“It is better to leave a space empty of words than to choose the wrong ones.” – Bee Farseeer                                    

This quote is from a fictional character I was reading yesterday. She was a very young girl who was wise and articulate beyond her years. But it still struck me as profound.

Sometimes it’s hard to know what to say. I’m not given to platitudes, so I often find myself at a loss for words. I don’t want to say the same thing to everyone, nor do I want to say the same thing a person is going to hear from everyone else. Although the sentiment is most certainly there, the words ring hollow because they are so overused. They are the wrong words for me. What are the right ones? Honestly, I frequently don’t know. But I know that whatever words come out of my mouth need to be chosen with care.

What do you say when you are so angry that words fail you? You can curse and rail against your real or imagined offender, likely saying things that you will later regret. Or you can adopt a more conciliatory tone to ease the tension. Or you can say nothing. Any one of these choices may to correct or incorrect. That depends on so many variables that often you cannot control. Things like venue, setting, other people, timeliness, the crime committed or alleged, the personalities of the people involved, or other more urgent things to say or do first will determine which tact is best.

But sometimes, too often, these things are not taken into account and all discretion is completely thrown out the window. The person goes off like truck full of fireworks struck lit with a match. This only serves to make the situation a whole lot worse than it needed to be and puts the other person on the defensive. Anger gives rise to anger and the disagreement escalates quickly, often to violent ends.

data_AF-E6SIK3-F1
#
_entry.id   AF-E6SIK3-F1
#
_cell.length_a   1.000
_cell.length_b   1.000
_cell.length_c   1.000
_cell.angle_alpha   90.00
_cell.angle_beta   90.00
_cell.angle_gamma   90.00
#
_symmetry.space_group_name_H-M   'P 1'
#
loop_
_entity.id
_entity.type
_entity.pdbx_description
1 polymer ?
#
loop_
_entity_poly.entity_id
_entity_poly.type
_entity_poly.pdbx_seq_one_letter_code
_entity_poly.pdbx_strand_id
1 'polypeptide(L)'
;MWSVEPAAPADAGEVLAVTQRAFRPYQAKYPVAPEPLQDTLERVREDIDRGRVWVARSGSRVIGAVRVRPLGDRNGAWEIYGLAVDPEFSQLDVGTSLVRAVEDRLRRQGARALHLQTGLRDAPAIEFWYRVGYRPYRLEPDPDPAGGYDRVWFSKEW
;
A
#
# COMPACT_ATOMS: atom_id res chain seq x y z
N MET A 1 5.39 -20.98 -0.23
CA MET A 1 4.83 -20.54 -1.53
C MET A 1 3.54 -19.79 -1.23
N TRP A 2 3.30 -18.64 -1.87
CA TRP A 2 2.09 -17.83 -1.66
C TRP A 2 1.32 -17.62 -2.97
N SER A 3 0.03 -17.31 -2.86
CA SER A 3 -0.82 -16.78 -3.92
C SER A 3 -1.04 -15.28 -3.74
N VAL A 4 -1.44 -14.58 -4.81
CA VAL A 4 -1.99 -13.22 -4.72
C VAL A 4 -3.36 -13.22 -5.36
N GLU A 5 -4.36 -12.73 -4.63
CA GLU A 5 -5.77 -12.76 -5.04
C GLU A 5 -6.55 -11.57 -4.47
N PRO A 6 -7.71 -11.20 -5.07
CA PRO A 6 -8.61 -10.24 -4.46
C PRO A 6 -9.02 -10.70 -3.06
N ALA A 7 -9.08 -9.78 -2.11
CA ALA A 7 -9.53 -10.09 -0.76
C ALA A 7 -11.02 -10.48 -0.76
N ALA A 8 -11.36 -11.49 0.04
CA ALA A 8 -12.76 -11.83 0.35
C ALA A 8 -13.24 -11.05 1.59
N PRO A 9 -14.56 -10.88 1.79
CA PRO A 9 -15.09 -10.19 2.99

Proverbs 15:1 “A soft answer turneth away wrath:
but grievous words stir up anger.”

Think about your words before you utter them. Honestly and critically. This is even more important when you’re riled up and ready to strike a person down with a vicious retort that will certainly put them in their place and show everyone that you are the victor, righteous in your cause. Be it with and avalanche of accusations and judgements, or one or two cutting words expressed at the right tenor, pitch, and tone that stabs deep into the heart of your adversary, you have shown yourself to have the quicker, edgier wit.

Consider, though, that the right words in such a situation can often defuse the argument. More often than not, there was a miscommunication or misunderstanding the precipitated the disagreement. But pride gets into the driver’s seat and you want to stand up and prove that you’re correct. Nothing less than complete capitulation will do.

Ask yourself, then – What am I trying to accomplish? If it is really your intention to beat that person down with words so badly that they can’t even lift their eyes to meet yours, instead casting their gaze to the ground in complete and utter humiliation? Are you looking for a fight? Then by all means, say whatever comes into your head.

But be ready for that fight.

You should also be aware that you could turn your allies against you.

Proverbs 16:18 “18 Pride [goeth] before destruction,
and an haughty spirit before a fall.”

If you truly want peace and understanding, then carefully chosen words are called for. Acknowledge that you may not have understood, or perhaps you were unclear. Take responsibility for a portion and work beyond that to your goal.

While war is sometimes called for, peace is by far preferred.

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